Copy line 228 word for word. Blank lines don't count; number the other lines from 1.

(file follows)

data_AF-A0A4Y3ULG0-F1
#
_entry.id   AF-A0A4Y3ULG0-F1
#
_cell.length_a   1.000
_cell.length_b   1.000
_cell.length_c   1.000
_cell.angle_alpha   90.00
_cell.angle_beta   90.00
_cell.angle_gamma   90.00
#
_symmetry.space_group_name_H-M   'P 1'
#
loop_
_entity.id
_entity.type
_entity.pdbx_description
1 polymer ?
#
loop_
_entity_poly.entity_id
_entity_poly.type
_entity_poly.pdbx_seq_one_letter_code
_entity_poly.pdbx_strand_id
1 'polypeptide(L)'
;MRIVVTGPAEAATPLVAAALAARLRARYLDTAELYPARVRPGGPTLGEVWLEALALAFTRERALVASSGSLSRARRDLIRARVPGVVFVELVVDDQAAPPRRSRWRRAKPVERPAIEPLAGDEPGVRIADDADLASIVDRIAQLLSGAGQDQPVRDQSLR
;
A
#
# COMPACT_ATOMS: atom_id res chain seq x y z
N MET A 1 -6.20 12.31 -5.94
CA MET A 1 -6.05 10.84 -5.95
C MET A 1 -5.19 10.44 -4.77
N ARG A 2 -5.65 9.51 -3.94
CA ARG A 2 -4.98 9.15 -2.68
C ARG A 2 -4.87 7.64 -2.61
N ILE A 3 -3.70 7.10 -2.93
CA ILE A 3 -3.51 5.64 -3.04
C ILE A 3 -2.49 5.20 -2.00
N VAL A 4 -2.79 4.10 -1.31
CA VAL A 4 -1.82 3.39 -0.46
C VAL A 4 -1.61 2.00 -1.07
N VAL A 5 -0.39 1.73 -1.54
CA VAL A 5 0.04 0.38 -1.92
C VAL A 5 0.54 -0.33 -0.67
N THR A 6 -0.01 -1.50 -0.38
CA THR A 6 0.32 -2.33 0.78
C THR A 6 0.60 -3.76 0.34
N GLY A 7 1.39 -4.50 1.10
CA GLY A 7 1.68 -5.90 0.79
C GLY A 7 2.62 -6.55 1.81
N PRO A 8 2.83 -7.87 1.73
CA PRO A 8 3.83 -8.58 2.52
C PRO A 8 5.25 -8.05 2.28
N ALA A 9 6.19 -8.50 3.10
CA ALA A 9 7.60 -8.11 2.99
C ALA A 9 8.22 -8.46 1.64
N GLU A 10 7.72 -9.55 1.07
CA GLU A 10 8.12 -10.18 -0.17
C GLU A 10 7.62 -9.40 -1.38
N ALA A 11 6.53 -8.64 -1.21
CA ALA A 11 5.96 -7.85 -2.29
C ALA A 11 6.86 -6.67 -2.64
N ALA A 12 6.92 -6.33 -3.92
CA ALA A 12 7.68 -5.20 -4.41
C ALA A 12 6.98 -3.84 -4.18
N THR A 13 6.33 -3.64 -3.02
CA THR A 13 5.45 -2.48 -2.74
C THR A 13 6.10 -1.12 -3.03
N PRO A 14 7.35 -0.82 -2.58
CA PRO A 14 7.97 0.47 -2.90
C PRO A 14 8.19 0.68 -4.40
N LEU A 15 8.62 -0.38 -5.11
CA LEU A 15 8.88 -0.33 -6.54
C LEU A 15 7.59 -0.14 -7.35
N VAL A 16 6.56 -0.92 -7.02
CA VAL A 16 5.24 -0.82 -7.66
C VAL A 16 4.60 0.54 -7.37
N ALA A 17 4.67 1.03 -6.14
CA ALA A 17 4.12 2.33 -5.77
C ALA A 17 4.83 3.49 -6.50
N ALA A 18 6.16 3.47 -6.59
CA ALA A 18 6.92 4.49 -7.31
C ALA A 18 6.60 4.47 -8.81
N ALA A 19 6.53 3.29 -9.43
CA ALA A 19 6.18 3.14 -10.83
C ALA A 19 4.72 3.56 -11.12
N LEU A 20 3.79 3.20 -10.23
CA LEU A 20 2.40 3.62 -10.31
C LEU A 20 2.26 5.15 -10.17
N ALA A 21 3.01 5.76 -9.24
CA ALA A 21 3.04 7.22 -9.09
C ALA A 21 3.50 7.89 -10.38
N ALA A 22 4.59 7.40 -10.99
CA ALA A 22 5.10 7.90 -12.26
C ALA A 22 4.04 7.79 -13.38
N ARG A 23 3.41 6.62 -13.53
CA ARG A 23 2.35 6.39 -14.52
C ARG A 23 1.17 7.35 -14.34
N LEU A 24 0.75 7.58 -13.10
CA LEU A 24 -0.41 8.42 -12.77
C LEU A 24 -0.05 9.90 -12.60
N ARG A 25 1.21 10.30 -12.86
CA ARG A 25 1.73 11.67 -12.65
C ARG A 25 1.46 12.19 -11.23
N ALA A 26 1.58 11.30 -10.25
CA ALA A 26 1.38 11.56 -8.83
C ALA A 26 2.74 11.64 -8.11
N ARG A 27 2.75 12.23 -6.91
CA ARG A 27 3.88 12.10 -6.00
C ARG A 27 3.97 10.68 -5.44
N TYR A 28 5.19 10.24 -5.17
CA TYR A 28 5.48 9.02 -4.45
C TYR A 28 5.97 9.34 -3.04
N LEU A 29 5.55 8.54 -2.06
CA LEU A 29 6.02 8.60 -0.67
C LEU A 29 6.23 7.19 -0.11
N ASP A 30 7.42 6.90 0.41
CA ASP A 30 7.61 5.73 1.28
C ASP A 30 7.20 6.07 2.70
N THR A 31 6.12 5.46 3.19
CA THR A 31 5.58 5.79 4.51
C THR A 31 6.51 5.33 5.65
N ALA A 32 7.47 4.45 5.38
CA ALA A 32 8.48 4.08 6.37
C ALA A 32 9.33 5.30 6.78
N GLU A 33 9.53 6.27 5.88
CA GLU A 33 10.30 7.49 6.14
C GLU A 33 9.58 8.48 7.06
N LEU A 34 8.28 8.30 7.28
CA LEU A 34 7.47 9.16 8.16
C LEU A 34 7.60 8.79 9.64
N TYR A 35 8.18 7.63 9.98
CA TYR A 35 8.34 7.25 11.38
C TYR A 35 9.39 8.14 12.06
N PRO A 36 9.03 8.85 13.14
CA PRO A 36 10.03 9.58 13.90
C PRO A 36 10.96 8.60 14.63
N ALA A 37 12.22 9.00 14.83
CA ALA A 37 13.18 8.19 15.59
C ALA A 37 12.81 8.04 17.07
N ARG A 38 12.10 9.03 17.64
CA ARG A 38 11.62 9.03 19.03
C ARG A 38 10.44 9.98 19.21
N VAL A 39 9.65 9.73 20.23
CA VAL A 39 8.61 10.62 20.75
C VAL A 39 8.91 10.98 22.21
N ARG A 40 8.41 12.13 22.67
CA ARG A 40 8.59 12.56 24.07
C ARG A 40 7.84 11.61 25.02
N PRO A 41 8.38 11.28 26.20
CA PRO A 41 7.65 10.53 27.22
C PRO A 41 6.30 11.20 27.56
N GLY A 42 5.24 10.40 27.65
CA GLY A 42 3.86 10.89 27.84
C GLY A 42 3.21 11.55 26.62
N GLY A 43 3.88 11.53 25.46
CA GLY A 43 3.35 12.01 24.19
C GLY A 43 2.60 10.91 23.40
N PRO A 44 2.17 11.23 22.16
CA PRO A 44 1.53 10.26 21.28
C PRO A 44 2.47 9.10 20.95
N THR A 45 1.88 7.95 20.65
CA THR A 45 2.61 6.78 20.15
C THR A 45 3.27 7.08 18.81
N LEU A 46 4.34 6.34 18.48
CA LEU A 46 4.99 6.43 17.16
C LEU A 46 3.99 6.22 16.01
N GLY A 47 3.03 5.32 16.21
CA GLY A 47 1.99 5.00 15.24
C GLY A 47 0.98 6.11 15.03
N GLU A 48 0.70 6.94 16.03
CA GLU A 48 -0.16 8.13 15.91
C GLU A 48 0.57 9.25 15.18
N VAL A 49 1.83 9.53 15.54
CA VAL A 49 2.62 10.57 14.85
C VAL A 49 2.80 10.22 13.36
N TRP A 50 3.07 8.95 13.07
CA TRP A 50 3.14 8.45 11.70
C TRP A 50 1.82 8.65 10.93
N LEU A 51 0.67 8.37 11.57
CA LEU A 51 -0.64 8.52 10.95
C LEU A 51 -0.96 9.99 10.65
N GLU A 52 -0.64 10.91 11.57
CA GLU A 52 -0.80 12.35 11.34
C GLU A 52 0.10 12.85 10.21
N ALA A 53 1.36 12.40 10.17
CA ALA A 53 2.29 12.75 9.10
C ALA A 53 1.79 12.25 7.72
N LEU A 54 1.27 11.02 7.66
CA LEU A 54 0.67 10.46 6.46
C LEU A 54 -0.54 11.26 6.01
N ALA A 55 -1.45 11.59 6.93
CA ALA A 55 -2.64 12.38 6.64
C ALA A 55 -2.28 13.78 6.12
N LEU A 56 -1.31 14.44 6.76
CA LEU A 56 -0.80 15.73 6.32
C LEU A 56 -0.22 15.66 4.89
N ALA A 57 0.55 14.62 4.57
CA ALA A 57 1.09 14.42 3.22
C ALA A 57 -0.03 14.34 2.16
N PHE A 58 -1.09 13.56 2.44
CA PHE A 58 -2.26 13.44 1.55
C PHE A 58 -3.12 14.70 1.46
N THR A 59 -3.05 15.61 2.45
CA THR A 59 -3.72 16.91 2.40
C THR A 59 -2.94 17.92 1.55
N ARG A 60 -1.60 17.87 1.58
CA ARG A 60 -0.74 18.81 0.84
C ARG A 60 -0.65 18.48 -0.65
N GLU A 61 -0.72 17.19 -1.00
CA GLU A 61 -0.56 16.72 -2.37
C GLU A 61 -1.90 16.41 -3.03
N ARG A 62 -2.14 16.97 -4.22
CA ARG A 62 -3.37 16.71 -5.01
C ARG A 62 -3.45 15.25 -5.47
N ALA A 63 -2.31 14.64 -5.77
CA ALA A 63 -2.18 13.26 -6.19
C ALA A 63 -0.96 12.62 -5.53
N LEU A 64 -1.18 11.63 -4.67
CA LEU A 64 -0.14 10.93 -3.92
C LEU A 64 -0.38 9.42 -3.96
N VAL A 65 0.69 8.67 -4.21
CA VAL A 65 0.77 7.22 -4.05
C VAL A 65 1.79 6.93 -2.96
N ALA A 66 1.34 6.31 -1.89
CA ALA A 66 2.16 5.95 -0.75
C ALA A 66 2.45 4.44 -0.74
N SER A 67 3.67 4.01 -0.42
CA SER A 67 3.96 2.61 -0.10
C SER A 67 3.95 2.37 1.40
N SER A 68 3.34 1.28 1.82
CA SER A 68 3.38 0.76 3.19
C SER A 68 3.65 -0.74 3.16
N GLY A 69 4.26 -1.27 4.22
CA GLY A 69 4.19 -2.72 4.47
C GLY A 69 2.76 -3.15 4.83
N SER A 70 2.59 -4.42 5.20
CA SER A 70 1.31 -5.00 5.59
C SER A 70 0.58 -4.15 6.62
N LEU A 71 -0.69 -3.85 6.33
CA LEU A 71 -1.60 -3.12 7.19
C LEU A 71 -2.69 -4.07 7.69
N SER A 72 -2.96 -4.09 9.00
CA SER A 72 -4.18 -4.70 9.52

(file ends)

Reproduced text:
C ALA A 66 2.45 4.44 -0.74